September 2017 - Cllr Blackburn says that there is interest amongst Lancashire’s councils in a little-noticed pledge in the Conservative Party election manifesto suggesting that a mayor would no longer be a prerequisite of a devolution deal.

October 2017 - then Northern Powerhouse minister and Rossendale and Darwen MP Jake Berry says it is not up to the government to “dictate” what a devolution deal for Lancashire should look like - and confirmed that a mayor would not be demanded.

2019 - the shadow combined authority is replaced by Lancashire leaders’ group, chaired by then Lancashire County Council leader Geoff Driver. All 15 councils are at the table for monthly meetings, which are not solely focused on devolution.

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June 2020 - all 15 Lancashire leaders support “the principle” of exploring the formation of a combined authority with an elected mayor, who would have only “limited powers”. It was the first time there had been a unanimous decision on those issues. They also acknowledge that Lancashire’s complex council arrangements may need to be simplified if a combined authority is formed - known as “local government reorganisation”.

July 2020 - Preston City Council proposes to the government a merger with South Ribble, Chorley and West Lancashire - but just a day later, the latter three suggest a shake-up that excludes Preston.

September 2020 - Lancashire County Council proposes to government the abolition of all 15 local authorities in the county and their replacement with three ‘standalone councils covering Central Lancashire (based on the footprints of Preston, Chorley, South Ribble and West Lancashire councils), North West Lancashire (Blackpool, Fylde, Wyre, Lancaster and Ribble Valley) and East Pennine Lancashire (Blackburn with Darwen, Burnley, Rossendale, Hyndburn and Pendle).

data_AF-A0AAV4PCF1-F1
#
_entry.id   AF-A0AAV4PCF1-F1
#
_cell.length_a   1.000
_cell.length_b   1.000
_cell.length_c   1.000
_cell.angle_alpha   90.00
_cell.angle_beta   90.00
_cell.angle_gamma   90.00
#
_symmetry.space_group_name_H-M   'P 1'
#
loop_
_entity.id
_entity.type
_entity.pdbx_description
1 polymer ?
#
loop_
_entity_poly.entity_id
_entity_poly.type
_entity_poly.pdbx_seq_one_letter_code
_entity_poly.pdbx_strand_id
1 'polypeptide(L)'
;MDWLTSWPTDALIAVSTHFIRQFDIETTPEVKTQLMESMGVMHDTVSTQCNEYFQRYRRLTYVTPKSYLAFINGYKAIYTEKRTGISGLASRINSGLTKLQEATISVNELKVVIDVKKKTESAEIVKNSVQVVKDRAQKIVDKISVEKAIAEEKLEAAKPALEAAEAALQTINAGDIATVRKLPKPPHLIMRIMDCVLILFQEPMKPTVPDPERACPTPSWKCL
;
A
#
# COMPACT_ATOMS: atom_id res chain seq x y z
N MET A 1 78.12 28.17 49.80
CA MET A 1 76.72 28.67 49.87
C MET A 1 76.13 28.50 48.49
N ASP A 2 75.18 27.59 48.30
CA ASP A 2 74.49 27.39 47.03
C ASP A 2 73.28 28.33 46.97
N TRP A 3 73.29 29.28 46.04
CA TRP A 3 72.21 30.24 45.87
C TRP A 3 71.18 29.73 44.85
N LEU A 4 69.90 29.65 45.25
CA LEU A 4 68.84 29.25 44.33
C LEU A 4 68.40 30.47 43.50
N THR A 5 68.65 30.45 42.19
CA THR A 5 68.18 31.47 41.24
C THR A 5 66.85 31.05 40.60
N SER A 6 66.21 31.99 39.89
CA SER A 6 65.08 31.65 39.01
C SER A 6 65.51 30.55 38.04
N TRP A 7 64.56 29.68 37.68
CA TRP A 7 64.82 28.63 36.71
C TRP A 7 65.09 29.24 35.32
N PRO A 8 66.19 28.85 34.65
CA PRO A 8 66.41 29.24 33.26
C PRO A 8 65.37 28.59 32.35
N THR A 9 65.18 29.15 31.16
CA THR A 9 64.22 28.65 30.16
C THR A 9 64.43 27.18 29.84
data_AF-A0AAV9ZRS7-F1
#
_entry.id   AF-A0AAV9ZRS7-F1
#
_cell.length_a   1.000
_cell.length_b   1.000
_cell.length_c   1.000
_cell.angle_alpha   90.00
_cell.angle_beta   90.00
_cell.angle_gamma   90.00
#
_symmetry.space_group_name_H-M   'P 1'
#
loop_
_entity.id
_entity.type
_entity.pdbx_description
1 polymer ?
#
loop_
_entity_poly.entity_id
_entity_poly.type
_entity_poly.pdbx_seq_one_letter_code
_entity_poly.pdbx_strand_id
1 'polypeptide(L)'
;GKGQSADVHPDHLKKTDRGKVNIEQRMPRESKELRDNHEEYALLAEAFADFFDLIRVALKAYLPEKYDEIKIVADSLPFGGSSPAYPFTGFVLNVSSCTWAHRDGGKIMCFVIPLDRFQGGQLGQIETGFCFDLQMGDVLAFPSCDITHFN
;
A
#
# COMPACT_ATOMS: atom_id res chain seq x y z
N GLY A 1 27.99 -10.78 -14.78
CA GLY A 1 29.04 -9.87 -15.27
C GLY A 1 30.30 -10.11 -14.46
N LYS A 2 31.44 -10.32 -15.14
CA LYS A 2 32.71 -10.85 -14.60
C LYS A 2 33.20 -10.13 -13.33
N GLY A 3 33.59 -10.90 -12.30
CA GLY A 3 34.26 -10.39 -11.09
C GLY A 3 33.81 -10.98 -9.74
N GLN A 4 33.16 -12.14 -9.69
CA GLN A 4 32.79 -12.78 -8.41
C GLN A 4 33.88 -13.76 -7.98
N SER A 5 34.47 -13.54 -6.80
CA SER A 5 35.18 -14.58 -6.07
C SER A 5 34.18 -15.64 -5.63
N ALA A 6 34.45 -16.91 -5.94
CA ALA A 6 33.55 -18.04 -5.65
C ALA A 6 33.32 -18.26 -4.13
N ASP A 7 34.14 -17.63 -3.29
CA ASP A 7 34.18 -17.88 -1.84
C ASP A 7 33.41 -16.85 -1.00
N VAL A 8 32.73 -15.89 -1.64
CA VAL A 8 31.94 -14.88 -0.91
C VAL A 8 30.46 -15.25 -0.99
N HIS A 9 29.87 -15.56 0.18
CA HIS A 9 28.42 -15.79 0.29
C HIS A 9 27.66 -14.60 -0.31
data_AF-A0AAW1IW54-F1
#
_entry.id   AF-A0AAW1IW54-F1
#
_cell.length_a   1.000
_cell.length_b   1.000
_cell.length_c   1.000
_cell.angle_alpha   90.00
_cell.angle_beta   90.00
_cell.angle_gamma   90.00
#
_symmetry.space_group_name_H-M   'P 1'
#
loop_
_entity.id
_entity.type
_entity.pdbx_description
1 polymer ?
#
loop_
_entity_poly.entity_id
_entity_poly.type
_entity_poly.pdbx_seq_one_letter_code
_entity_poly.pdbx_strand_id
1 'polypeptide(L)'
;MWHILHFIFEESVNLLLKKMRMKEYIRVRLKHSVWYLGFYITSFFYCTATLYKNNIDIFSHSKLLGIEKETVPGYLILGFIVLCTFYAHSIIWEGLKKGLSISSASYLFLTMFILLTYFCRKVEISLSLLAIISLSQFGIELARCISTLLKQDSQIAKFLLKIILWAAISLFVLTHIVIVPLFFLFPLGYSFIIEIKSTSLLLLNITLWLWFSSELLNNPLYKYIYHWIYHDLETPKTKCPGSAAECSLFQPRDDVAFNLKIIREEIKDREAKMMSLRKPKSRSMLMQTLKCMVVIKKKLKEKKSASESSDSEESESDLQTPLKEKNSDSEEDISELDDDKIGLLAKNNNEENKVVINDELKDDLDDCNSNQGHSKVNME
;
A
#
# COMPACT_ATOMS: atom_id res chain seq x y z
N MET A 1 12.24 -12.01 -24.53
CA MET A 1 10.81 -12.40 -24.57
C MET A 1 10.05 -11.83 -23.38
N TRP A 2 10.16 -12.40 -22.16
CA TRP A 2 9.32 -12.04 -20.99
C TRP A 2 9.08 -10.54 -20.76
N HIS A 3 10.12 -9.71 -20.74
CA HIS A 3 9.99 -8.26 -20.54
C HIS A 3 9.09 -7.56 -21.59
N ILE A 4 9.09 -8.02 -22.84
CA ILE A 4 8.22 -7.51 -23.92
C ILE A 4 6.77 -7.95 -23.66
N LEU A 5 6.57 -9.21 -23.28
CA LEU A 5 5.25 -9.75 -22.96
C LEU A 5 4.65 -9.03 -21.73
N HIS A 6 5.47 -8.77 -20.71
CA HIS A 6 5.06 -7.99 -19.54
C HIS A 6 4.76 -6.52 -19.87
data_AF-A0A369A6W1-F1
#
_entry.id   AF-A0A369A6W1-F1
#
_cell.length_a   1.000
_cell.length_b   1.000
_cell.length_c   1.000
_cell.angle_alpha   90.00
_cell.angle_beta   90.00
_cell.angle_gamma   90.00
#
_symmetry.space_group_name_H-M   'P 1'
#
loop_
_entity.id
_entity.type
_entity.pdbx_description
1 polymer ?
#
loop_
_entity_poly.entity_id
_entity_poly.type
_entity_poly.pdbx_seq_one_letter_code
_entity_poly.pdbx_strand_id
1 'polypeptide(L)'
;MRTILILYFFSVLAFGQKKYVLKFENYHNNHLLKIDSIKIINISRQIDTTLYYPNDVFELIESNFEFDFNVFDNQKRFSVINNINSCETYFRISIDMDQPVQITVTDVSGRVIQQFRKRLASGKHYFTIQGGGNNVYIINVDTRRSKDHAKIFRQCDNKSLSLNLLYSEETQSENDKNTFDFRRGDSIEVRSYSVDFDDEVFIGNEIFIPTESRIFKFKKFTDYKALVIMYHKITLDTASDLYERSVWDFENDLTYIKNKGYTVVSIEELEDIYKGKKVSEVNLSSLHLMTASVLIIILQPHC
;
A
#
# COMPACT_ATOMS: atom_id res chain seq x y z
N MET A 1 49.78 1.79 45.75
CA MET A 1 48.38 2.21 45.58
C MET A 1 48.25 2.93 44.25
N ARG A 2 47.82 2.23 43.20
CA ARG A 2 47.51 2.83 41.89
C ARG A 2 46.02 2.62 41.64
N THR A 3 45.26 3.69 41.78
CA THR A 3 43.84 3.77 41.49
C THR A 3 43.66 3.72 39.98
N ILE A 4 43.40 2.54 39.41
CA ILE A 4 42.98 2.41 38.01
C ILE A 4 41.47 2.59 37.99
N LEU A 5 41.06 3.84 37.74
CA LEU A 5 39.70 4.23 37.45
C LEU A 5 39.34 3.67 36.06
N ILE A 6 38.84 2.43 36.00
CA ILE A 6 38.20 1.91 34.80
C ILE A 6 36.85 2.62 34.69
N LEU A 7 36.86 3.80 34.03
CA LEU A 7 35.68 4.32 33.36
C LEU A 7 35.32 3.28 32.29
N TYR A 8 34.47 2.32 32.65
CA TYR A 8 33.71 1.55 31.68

July 2021 - then Prime Minister Boris Johnson promises to “rewrite the rule book” on devolution, seemingly offering places like Lancashire the chance to strike bespoke devolution deals with the government.

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January 2022 - all 15 councils agreed the first detailed blueprint for devolution in the county, but now once again minus an elected mayor and local government reorganisation. Proposal for a £5.6bn transfer of funding to the county’s control.

February 2022 - Lancashire not named in a list of the next nine areas with which the government intends to pursue devolution discussions. The Levelling Up White Paper sets out three ‘levels’ of devolution deal - with the most extensive ‘level 3’ agreements requiring the creation of an elected mayor.

November 2022 - launch of “Lancashire 2050” vision, setting out key priorities for the county and seen as a springboard for devolution discussions

June 2023 - the government sets a turbocharged timetable for doing a deal with Lancashire, with the aim of forming a combined county authority (CCA) made up of the three top-tier councils: Lancashire County Council, Blackpool Council and Blackburn with Darwen Borough Council. Discontent amongst some district leaders who claimed that they had been locked out of the process.

November 2023 - government publishes level 2 devolution proposal for Lanxcashire, which will now be subject to ratification by the top-tier councils and public consultation.